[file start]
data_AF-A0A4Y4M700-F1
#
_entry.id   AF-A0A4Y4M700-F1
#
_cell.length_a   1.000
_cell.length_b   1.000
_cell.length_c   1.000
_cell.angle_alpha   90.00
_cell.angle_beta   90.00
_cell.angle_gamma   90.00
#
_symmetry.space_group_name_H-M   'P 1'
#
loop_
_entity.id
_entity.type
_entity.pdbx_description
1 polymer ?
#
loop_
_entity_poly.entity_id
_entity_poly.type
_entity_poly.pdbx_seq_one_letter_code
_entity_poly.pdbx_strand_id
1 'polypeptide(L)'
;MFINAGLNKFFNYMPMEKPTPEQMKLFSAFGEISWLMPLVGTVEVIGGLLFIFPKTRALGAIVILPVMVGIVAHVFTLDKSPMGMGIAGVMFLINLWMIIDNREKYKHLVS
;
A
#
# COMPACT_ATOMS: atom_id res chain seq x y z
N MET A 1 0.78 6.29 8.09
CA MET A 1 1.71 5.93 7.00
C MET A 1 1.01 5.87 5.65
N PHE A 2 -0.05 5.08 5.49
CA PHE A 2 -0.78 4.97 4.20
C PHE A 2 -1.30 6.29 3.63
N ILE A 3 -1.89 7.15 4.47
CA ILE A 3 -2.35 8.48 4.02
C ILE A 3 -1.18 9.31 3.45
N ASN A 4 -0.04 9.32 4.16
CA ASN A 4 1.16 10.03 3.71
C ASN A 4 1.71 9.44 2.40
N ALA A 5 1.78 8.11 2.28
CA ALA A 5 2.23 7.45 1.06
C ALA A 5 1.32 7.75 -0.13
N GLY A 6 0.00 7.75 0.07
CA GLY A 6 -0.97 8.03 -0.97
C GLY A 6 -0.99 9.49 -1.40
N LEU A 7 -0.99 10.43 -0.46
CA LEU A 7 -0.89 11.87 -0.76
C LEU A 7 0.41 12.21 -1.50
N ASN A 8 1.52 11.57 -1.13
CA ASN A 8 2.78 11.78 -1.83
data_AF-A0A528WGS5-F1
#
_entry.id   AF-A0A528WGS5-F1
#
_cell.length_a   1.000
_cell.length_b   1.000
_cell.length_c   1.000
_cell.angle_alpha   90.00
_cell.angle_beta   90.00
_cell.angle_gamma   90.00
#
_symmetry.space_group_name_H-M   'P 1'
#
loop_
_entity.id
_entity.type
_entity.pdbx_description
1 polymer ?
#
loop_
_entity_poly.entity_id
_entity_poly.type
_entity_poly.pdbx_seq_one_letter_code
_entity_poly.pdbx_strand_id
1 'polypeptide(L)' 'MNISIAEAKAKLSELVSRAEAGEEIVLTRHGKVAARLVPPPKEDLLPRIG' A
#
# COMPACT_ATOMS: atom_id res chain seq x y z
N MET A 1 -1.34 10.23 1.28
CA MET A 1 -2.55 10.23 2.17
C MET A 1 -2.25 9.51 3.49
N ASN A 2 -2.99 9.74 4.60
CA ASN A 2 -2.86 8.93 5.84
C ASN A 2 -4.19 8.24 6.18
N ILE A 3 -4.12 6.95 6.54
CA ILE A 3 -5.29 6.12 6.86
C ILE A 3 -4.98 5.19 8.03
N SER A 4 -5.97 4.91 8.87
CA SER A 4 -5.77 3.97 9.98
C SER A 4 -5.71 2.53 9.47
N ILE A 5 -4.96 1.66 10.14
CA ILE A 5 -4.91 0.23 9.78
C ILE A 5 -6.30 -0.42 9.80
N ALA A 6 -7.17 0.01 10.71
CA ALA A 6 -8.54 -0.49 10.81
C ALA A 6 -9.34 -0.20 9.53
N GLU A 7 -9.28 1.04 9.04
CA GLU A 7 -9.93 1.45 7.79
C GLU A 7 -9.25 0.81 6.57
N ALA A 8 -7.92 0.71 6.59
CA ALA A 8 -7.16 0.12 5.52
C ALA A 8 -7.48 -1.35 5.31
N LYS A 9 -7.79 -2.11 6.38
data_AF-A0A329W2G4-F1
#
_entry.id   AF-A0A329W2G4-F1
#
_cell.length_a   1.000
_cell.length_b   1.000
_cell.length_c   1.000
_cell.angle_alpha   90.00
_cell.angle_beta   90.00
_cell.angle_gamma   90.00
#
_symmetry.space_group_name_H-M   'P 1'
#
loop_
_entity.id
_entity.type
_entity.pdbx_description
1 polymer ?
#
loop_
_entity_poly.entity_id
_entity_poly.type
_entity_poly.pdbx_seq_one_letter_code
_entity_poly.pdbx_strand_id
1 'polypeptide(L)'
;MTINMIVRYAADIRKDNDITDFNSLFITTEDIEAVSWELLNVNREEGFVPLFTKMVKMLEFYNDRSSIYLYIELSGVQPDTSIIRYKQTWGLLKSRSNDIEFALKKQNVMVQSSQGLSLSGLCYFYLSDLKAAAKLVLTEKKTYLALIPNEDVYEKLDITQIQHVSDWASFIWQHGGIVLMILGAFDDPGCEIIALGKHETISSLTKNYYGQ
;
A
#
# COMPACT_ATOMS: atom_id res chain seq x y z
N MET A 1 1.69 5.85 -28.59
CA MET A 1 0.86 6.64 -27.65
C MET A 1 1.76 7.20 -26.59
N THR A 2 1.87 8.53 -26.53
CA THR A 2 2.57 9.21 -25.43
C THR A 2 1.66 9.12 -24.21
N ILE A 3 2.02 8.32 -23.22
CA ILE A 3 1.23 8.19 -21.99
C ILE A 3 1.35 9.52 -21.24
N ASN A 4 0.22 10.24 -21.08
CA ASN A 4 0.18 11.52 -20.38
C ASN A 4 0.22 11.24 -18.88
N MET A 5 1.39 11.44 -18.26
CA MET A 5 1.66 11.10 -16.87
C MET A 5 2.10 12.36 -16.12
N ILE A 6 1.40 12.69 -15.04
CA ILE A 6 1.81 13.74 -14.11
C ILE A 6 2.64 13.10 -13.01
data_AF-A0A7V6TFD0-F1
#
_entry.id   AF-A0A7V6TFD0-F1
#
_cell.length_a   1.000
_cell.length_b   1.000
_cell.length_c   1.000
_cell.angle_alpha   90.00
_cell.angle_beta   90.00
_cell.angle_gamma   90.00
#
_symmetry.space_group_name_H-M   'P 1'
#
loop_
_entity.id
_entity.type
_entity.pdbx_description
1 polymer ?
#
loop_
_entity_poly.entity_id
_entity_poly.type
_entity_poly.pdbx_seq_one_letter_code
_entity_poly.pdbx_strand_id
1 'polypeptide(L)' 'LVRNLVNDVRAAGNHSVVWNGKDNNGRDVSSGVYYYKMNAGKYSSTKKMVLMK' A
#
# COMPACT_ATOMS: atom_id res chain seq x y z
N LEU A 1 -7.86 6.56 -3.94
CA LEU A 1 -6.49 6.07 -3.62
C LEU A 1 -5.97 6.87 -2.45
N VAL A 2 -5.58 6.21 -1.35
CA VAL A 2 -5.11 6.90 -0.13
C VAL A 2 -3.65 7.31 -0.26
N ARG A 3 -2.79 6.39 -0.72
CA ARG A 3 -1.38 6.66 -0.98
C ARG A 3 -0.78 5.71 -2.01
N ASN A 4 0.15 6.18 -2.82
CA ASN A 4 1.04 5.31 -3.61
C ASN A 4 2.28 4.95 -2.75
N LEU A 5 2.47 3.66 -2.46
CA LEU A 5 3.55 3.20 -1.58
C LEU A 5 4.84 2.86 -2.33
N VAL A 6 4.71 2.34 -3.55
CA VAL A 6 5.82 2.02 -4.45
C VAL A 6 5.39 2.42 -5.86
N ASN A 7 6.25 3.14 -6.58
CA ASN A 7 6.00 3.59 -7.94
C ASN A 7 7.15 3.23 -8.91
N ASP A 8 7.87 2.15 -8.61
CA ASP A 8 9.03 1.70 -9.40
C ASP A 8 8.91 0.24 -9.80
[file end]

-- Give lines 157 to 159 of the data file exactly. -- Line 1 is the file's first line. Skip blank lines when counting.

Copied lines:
#
_cell.length_a   1.000
_cell.length_b   1.000